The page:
India needs data, but our definition of minimum Internet speeds and FUP is disappointing

It's high time we looked at the Internet as an essential commodity rather than luxury meant only for the elite. Because fundamentally, the Internet has a greater potential to uplift and empower. We need much high minimum Internet speeds.

We're dependent on the Internet in many ways. For work. For entertainment. For staying in touch with loved ones. Sometimes all of these simultaneously. It's high time we looked at the Internet as an essential commodity rather than luxury meant only for the elite. Because fundamentally, the Internet has a greater potential to uplift and empower. We need much high minimum Internet speeds.

Rationing the Internet

Why is it then that our empowerment with access to the richest information we can gain access to is limited under a clause on fair usage policy. I've still never been able to understand the logic a limit of 200 text messages per mobile SIM per month. It's like rationing the quota of messages. Like it was precious resources. You get multiple calls in a day soliciting loans and credit cards. Sometimes weight-loss or even holidays. I'm aware of the DND facility that is mandatory. I've also signed up for it. It hasn't eliminated spam calls has it? It's thanks to products such as Truecaller that we're aware of specific calls to avoid.

It's anyway cheaper to spam users via calls than text messages. So in a way we're holding the bulls horns. In the wrong way. The dedicated 140 series numbers for commercial calling or official spamming service as I'd call it, was a good thing. Users could at least gauge what they were getting into. Now the reason I'm rambling around with spam is because it's a bone of contention. In part, the ability for brands to still spam you is done with the intention of providing advertisers an outlet to release their bottled up energies. So they could unleash their spam messages over millions of telecom customers in India.

In this whole process customers find great deals. So they're happy. Brands find customers, they're happy. Telcos get money, they're happy. It's a win win.

Let it be a win for me too

I still fail to understand the logic behind a fair usage policy. Or having to mandate a minimum Internet speed. If I, as a customer, sign up with my ISP for a 10Mbps connection, I'd expect to get access at a constant speed of 10Mbps every single time I login to my system. Rather than curb my appetite for the Internet, I wish regulators safeguarded me from Internet downtime due to inefficient hardware and control centres. There needs to be a penalty if my Internet goes down frequently. That's quality of service. But given the state of the industry, that's probably a lot to ask.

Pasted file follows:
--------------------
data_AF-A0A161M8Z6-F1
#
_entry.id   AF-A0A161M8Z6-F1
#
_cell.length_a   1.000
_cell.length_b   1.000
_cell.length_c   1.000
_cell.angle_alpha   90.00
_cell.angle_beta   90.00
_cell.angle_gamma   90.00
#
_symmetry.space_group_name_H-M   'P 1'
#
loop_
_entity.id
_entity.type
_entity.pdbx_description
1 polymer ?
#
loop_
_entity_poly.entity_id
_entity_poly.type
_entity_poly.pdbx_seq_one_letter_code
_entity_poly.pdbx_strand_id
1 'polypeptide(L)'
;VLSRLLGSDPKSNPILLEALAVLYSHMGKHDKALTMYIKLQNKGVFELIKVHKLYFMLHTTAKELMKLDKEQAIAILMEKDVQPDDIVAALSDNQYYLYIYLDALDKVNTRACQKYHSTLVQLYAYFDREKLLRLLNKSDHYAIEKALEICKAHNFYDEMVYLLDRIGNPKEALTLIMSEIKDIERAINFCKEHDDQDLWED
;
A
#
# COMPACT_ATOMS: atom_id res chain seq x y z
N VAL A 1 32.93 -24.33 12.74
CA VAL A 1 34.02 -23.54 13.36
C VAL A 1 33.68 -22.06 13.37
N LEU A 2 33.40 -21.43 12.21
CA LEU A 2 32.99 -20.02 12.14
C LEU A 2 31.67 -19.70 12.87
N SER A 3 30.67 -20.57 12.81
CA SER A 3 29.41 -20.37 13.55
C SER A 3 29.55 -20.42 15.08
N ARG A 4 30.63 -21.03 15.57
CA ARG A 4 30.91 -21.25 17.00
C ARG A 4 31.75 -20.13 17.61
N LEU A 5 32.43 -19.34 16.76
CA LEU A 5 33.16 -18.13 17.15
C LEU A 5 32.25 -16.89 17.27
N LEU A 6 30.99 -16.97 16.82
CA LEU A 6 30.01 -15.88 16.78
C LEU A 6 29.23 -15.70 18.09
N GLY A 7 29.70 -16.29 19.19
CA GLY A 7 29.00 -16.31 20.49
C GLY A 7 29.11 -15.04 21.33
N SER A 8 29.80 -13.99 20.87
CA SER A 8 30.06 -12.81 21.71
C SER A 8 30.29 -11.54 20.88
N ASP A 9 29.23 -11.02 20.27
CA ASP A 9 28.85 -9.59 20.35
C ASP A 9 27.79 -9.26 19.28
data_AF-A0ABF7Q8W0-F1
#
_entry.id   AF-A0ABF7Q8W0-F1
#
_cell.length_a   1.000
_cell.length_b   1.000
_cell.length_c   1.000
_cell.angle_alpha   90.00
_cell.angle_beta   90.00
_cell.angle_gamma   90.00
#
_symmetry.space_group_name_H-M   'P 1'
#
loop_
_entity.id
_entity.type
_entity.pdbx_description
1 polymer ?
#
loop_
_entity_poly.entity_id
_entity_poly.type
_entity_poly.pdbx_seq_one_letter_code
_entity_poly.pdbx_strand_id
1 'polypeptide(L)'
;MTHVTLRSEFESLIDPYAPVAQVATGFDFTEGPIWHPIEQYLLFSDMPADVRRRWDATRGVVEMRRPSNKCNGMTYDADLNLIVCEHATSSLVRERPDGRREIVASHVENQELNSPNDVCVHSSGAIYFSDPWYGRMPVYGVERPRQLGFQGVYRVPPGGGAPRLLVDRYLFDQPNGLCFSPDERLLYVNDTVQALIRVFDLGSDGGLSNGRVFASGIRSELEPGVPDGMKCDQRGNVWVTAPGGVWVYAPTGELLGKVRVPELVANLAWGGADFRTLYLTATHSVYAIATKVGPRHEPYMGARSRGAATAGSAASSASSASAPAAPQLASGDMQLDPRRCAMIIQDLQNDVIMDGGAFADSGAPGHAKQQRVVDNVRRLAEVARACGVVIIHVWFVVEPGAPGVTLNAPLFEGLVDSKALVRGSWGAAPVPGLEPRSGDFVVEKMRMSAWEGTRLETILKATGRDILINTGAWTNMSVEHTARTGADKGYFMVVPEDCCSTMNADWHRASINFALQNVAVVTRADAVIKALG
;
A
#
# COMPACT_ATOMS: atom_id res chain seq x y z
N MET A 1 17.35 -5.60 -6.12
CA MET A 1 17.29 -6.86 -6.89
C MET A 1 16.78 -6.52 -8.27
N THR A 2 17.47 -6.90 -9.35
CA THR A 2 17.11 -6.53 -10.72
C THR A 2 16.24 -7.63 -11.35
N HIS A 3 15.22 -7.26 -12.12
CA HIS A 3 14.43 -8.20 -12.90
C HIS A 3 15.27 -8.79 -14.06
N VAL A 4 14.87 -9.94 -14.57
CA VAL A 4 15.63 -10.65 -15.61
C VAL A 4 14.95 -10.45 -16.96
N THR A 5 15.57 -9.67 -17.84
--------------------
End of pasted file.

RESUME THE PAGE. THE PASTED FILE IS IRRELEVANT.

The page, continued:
Battle between price and quality

Unfortunately, the Indian market is a battle between price and quality. As expected, price wins. So in a way when the Indian regulator places a minimum expected speed of 512kbps, there's good intent. But it's pretty dated. We can't be discussing a benchmark of 512kbps in 2016 as the minimum expected speed. Back in 2009, the Finnish Ministry of Transport and Communications mandated 1Mbps as basic Internet access to every citizen in the country. In case you think that's not far off from what consumers in India access, well the term used is legal right. Every Finnish citizen has had the legal right since 2010 to a 1Mbps connection.

The plan was to rollout high speed Internet access over the next 5 years. That's due already. Finland currently ranks in the top 10 when it comes to average Internet speeds. As in Q4 of 2015, Finland measured 16.7Mbps as average speeds.  I strongly believe Indians have a right to a high speed dependable Internet connection. It possible. Yes, the price of Internet connections may go up. But if we've to progress, we would need to prioritise a quality Internet connection over a barebones connection that fails when it drizzles or there's a gust of wind.

Let's relook our priorities, please

The regulator's job isn't easy. And service providers need to offer the best quality. Instead, from communication publicly available, operators prefer further throttling your connection, even below the mandatory 512kbps. To a jaw dropping 64kbps! What do you think can be accomplished in 64kbps, other than a token 'Internet connection established' notification on your computer. It's like fulfilling a legal obligation to serve citizens an Internet connection. Not with an intention to empower them as many would claim, but out of a legal obligation.

After a certain threshold, consumer will see through this. And with newer service providers, there would be better choice, making the overall industry more competitive.

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